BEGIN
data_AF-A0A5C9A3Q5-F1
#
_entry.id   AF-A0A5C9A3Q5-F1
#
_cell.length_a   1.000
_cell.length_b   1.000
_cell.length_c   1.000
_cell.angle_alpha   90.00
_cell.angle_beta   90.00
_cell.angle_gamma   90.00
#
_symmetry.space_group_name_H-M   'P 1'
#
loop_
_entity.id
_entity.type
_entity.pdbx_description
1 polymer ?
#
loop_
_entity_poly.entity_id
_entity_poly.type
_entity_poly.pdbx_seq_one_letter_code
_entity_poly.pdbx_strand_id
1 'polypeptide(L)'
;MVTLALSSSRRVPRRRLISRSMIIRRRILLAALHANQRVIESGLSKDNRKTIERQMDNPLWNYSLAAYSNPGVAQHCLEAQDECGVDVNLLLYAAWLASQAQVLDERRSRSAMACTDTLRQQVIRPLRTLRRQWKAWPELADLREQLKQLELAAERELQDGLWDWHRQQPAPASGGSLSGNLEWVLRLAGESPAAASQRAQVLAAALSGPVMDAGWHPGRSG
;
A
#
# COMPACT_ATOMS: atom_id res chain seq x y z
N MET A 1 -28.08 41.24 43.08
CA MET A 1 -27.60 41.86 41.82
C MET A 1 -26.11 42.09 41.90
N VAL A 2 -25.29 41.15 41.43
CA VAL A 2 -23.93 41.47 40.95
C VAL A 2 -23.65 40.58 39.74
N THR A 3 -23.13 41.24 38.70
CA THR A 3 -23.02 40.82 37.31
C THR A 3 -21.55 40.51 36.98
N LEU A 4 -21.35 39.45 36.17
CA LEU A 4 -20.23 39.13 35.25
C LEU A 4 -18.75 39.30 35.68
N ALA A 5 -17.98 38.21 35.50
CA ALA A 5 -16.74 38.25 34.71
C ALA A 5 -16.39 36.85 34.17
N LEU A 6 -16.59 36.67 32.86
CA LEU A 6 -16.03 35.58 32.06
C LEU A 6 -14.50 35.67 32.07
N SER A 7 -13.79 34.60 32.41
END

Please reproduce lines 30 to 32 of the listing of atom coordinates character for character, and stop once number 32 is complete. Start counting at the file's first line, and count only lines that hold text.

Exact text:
# COMPACT_ATOMS: atom_id res chain seq x y z
N MET A 1 -28.08 41.24 43.08
CA MET A 1 -27.60 41.86 41.82